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North Korean leader and son visited artillery site: reports

SEOUL (Reuters) - North Korean leader Kim Jong-il and his son and successor Jong-un visited the artillery base from where shells were fired at a South Korean island just hours before the attack, South Korean media reported on Thursday.

North Korea’s attack on Yeonpyeong Island that killed two South Korean marines and two civilians on Tuesday was probably ordered by Kim Jong-il himself, the Joongang Daily quoted a well-informed government source as saying.

Seoul government officials contacted by Reuters could not comment on the reports.

The United States says it believes North Korea’s actions were an isolated act tied to leadership changes in Pyongyang, and many experts say the North carried out the shelling to burnish the image of the inexperienced and little-known younger Kim.

The ailing leader is desperate to give a lift to his youngest son, named as heir apparent to the family dynasty in September, but who has little clear support in the military.

South Korean media reported the father and son had met General Kim Kyok-sik, the commander of the frontline fourth corps in charge of a Navy base in South Hwanghae province, just before the North shelled the island.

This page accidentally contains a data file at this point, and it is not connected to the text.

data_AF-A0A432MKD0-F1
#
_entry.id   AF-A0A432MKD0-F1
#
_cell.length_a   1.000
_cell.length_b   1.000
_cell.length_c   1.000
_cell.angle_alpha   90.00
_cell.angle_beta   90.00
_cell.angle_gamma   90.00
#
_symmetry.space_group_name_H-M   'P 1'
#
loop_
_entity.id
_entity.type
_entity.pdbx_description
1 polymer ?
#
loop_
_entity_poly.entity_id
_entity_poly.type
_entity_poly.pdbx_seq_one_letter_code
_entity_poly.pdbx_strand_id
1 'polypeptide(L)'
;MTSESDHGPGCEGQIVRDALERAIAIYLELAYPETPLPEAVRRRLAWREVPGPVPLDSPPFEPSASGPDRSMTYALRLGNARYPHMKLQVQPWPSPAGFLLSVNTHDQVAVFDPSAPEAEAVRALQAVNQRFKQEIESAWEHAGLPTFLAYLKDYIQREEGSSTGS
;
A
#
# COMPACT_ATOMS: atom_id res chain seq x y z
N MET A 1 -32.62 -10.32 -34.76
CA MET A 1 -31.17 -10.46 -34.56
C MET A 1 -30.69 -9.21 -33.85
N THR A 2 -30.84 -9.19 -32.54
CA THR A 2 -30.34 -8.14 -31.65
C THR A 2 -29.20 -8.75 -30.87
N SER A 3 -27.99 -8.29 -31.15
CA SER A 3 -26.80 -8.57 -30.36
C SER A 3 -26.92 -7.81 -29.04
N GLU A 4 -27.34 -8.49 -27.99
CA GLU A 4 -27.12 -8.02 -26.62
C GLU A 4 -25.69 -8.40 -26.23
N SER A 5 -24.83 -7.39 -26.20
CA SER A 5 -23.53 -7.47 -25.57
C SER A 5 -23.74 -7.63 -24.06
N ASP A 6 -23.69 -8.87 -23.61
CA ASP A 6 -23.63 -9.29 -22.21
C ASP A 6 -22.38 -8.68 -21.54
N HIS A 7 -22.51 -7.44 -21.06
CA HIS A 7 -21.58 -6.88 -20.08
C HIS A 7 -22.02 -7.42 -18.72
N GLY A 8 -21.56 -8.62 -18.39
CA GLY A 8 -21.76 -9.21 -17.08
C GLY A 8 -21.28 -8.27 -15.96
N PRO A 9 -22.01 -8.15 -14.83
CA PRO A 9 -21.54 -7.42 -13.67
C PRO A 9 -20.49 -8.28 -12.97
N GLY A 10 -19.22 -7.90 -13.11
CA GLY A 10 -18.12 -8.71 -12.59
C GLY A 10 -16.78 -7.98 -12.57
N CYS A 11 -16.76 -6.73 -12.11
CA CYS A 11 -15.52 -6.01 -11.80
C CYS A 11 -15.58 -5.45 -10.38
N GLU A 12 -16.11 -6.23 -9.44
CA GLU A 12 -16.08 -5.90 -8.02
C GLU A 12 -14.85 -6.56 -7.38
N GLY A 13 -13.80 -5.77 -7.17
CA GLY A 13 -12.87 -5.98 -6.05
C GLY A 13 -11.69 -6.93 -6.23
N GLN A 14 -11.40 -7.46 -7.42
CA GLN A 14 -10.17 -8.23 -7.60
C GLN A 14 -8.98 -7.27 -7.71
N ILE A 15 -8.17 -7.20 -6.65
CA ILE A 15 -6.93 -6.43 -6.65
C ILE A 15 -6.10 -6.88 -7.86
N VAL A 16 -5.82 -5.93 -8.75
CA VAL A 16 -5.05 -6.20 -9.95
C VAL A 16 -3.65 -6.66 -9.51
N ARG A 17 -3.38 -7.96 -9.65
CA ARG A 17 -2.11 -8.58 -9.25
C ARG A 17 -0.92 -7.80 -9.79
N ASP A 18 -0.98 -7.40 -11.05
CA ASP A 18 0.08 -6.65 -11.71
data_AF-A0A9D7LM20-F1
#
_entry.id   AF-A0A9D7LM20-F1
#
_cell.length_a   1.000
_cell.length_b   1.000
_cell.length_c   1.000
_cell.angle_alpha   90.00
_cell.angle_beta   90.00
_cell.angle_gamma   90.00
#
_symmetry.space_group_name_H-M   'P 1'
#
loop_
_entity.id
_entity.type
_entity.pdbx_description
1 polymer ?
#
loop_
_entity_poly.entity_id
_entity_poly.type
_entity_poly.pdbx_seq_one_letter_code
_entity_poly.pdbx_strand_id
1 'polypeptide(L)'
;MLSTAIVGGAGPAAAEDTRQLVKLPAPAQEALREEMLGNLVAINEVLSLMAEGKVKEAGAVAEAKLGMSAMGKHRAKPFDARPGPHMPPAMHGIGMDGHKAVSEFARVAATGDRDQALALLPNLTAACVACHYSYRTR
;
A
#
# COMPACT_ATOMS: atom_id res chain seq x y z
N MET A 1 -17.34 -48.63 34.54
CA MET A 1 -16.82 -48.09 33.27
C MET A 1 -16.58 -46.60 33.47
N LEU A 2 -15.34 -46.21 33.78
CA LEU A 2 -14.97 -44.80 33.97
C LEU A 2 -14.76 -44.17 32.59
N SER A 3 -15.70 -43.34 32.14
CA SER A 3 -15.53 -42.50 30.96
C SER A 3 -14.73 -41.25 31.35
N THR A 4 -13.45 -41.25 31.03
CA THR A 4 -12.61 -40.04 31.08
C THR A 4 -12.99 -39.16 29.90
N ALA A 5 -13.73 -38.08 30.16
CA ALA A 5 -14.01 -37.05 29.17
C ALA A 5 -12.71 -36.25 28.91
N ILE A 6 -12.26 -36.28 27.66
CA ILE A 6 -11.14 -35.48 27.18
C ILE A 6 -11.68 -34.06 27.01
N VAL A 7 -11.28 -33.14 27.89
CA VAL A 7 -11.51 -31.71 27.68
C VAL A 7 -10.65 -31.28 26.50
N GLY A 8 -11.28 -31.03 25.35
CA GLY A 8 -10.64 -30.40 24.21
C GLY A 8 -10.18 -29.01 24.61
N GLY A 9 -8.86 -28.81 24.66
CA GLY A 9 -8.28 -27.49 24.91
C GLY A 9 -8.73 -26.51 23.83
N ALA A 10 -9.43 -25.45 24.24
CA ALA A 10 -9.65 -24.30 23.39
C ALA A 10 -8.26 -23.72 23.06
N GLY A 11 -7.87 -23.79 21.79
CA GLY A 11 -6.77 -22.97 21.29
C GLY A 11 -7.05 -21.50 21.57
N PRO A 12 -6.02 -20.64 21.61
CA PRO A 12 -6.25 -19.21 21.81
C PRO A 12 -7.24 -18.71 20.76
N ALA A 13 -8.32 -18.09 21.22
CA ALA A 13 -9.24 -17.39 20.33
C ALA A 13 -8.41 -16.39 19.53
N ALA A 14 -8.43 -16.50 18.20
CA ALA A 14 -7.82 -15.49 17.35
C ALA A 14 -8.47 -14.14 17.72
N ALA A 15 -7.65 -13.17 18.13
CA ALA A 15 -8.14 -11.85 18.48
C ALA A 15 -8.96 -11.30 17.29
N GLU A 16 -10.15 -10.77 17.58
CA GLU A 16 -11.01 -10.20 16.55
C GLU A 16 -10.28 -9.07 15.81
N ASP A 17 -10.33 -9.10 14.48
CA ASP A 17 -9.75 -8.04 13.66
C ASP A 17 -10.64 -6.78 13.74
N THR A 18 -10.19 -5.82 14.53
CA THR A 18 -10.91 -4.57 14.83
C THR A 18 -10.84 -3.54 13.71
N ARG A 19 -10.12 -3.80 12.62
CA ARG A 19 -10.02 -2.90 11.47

A member of the National Assembly’s Defense Committee said military intelligence obtained the information and was trying to figure out whether the visit was directly related to the attack, the Chosun Ilbo reported.

Just before the sinking of a South Korean warship in March, the South Korean military “had confidential information that Kim Jong-il met Kim Yong-chol, the director of the general reconnaissance bureau at the People’s Armed Forces, so now it’s focusing on the possibility of Kim Jong-il and his son approving the shelling of Yeonpyeong while meeting with Kim Kyok-sik,” he said.

JoongAng Daily quoted a source as saying that Kim visited the coastal artillery base in Gaemori from where the shells were fired with his son a day before the attack.

“This is circumstantial evidence that the attack was meticulously planned (by North Korea) beforehand,” said the source.

North Korea’s official Korean Central News Agency issued a report on Monday saying Kim Jong-il had made a trip to a fish farm in Yongyon, South Hwanghae province, and that he was accompanied by top military brass, including Jong-un.

There was no mention of any visit to military sites.

Yongyon is just a few kilometers from the North Korean coastal military base where the artillery was fired from, reports said.

North Korea has entered a potentially long and unpredictable period of leadership transition, with the elevation of Kim’s youngest son to the rank of general in a clear signal he is the chosen successor.

The media has begun celebrating Kim Jong-un as “the young general” -- even though his military experience appears to be zero.

Analysts have been warning since September that North Korea would likely carry out an act of brinkmanship to boost the younger Kim’s standing, to mirror the iron rule of his father.

Editing by Raju Gopalakrishnan and Andrew Marshall